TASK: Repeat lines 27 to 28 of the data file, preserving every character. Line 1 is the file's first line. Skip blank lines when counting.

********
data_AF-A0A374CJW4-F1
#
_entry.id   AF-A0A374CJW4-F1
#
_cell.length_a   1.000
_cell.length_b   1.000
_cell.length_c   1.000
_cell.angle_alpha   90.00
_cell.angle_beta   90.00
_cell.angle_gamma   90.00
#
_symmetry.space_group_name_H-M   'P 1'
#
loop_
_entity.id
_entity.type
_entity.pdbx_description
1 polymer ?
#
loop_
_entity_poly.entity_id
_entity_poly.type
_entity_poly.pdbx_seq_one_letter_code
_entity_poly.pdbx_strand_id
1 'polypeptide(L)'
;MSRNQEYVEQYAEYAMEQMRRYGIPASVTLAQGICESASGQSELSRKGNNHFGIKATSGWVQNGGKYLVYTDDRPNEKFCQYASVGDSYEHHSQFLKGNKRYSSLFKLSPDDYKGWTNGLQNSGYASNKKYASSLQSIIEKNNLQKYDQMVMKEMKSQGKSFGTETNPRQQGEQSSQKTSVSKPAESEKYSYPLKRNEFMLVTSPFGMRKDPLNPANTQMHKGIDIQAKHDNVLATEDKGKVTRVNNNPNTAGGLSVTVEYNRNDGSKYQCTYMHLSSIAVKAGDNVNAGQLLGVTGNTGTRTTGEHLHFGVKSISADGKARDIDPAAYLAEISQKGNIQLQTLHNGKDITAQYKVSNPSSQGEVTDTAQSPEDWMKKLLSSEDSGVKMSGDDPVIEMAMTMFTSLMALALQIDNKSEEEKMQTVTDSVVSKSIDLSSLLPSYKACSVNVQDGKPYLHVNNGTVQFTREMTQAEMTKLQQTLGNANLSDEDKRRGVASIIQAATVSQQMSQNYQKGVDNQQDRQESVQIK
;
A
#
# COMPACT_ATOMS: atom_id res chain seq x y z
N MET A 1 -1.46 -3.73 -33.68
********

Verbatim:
;
A